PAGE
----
Jeep Truck to be Built in Toledo
On Monday, Jan. 11, Fiat Chrysler Automobiles’ (FCA) CEO, Sergio Marchionne, confirmed that the new Jeep truck model will be built at the company’s Toledo Assembly Complex. Production will begin shortly after the redesigned 2018 Jeep Wrangler model begins production.
Jeep has teased a pickup truck variant for years with the previous Gladiator and J-12 concepts, but never pushed the button. At this year’s North American International Auto Show in Detroit, Mike Manley, president of FCA’s Jeep brand, confirmed that the Jeep pickup truck will be available prior to 2019.
No specific details were given, other than the vehicle will be assembled in Toledo. In September, FCA announced they would keep production of the JK Wrangler in Toledo while moving production of the Jeep Cherokee elsewhere.
Speaking of the JK Wrangler
Since the Jeep community got word that new regulations would force the automaker to redesign the revered off-roader, speculations on the 2017 model have been plentiful.
Starting with the 2017 Jeep Wrangler, the automaker needs to find new and inventive ways to reduce weight and fuel economy to meet stiff MPG regulations without weakening capability. All automakers are tasked with boosting fuel economy to meet the mandated corporate average of 54.5 MPG by 2025. By 2017, they must meet an interim standard of 37 MPG (New York Times).
The 2016 Jeep Wrangler 4WD, which runs a 6 cyl, 3.6 L, Automatic (5-spd) or Manual (6-spd) gets about 17 MPG city and 21 highway using regular gasoline, according to the U.S. Department of Energy.
If FCA has any definitive information on the 2017 Jeep Wrangler, they’re keeping it close to the vest. As of press time any information on release date or changes are purely speculative, but seem to be pretty consistent across the blogosphere. Here’s what we’ve seen:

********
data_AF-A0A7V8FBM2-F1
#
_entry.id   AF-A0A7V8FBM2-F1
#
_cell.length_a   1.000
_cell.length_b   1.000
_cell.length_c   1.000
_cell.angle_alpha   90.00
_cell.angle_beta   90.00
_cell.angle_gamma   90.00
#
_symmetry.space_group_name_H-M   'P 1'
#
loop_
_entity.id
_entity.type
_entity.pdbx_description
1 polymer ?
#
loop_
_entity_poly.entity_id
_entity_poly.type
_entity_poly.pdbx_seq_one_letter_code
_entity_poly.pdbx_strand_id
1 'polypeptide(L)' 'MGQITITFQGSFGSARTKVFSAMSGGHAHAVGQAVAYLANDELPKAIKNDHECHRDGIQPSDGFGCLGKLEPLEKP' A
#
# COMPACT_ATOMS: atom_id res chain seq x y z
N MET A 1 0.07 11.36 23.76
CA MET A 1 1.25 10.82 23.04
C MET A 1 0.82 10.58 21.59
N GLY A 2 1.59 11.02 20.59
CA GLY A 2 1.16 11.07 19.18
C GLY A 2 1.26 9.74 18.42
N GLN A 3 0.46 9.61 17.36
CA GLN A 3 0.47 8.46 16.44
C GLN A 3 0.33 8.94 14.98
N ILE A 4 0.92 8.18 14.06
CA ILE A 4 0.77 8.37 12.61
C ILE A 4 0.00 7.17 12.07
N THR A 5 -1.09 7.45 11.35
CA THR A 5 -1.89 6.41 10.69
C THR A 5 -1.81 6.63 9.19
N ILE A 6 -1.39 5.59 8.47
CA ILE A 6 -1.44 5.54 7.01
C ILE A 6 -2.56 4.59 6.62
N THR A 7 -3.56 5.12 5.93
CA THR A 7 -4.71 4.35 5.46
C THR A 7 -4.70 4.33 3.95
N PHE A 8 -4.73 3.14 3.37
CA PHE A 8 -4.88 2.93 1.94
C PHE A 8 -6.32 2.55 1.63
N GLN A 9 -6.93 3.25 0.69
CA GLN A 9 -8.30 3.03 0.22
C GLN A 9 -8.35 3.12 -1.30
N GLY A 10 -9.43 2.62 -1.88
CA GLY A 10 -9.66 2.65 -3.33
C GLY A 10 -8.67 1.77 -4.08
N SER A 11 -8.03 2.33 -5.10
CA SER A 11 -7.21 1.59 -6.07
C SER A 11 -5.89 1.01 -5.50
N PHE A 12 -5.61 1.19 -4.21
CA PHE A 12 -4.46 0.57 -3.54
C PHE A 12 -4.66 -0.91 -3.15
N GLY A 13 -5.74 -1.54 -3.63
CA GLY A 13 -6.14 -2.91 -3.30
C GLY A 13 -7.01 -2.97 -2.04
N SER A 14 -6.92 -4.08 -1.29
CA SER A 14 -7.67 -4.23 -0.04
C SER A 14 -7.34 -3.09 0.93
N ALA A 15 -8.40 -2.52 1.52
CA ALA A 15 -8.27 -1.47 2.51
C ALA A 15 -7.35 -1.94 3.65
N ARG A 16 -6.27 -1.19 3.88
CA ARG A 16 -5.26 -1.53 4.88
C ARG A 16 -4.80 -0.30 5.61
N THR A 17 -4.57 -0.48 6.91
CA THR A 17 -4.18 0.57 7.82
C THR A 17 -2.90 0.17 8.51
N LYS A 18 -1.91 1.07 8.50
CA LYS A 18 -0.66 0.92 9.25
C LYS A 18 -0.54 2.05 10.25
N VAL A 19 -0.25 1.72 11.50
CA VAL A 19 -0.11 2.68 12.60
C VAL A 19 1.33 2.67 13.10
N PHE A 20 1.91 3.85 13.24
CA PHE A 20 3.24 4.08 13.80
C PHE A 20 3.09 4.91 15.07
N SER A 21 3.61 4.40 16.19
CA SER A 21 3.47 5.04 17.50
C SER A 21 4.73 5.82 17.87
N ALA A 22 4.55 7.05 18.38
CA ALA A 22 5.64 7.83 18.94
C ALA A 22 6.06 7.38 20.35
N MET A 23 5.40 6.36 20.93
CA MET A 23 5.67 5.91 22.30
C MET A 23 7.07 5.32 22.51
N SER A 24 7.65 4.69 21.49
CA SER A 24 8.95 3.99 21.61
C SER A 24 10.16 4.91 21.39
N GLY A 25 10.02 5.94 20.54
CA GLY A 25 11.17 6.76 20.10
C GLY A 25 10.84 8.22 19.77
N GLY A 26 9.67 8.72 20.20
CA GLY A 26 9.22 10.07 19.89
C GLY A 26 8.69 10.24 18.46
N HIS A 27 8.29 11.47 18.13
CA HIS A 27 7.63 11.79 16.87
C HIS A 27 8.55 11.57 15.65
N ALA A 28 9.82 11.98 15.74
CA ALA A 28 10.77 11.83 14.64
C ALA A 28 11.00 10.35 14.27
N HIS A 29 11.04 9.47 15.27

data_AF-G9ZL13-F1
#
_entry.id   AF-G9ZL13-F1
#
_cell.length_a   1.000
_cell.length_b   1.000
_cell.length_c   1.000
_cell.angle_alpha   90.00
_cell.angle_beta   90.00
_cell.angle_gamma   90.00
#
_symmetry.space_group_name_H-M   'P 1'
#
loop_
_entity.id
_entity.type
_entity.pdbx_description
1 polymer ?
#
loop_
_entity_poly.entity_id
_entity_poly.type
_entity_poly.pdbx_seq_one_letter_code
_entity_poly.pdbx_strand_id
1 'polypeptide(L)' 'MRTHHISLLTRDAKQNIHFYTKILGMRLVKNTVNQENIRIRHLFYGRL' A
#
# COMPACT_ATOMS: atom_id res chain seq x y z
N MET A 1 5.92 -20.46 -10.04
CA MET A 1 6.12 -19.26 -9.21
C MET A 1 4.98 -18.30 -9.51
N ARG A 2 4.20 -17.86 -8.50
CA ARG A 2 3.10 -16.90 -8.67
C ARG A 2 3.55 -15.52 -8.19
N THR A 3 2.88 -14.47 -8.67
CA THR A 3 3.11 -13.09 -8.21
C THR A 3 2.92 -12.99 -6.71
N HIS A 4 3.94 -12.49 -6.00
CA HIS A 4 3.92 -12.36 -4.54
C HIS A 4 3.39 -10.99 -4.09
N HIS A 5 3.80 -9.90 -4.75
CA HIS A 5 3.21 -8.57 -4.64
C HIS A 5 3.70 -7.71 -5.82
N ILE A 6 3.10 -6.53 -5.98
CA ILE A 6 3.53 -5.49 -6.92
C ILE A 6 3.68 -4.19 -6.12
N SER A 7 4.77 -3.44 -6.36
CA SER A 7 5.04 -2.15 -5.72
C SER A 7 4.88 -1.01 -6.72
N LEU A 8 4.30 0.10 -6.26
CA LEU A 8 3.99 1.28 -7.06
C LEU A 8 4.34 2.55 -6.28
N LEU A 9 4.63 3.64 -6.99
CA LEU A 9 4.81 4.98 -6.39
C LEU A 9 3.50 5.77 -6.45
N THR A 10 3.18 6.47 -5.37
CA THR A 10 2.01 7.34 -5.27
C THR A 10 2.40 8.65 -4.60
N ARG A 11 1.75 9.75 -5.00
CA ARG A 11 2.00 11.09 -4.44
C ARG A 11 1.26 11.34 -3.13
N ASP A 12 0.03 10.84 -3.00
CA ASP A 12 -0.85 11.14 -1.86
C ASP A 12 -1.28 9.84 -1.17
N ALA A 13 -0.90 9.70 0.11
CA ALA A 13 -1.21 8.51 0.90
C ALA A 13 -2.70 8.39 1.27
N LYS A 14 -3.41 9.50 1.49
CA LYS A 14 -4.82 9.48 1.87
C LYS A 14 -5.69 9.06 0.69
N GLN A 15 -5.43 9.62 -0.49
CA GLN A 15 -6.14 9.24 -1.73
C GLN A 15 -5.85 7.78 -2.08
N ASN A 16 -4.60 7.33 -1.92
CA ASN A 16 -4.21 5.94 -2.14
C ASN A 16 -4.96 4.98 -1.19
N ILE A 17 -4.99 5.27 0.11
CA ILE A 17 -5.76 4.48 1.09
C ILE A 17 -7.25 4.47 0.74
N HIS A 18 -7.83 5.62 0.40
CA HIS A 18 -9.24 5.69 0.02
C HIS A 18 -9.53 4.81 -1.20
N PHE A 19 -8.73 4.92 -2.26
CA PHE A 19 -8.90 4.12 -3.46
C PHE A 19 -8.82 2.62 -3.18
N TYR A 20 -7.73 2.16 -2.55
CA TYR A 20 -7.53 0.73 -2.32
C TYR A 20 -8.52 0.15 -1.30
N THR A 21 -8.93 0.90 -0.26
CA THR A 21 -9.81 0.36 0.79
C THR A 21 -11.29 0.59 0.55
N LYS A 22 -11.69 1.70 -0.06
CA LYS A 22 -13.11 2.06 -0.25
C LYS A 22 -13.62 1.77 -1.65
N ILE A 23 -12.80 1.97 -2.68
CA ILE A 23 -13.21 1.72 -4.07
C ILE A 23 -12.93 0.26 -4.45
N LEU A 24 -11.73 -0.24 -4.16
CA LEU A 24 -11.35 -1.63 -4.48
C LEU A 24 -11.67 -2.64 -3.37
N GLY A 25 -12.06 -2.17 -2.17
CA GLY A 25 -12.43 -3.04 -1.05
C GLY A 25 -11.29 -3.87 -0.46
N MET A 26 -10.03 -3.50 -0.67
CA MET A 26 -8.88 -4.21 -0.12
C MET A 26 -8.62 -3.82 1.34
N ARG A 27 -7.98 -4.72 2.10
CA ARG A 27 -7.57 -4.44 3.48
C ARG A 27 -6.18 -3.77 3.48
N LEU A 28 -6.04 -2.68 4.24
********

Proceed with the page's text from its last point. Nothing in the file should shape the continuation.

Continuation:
- Specifics on the 2017 Jeep Wrangler will likely be made public sometime in mid 2016; the vehicle should be ready for sale in early 2017.
- According to FCA’s Manley, the redesigned Wrangler will have its own platform, and will not be developed on a Fiat platform.
- Most of the changes seem to be its exterior, including a body-on-frame construction with an aluminum body, making the vehicle lighter. This would improve fuel consumption and increase performance.
- The old engine will be discontinued and replaced with two models: a base 3.0 L twin-turbocharged Pentastar V6 with up to 300 horsepower and more than 350 lb-ft of torque, and a 3.0 L twin-turbo V6 diesel with up to 240 horsepower and more than 400 lb-ft of torque. (We talked a bit about the diesel engine in March 2015.)
- There will also likely be some interior changes, though there has been very little speculation in that regard.
The Toledo Blade reported Wednesday that FCA’s Manley wouldn’t divulge production numbers, but that the next generation Jeep would build an increased customer demand. Last year, Jeep sold a record 255,000 Wranglers globally, but
“We have to make sure that the hard-core guys, the weekend warriors, the people that are out on the trails all the time, feel we’ve been true to the Wrangler almost as a sub-brand,” Manley said. “That’s why I stress I’m absolutely more than comfortable they’re going to be very pleased with what they see.”
The Jeep Wrangler is currently built at the Toledo Assembly Complex.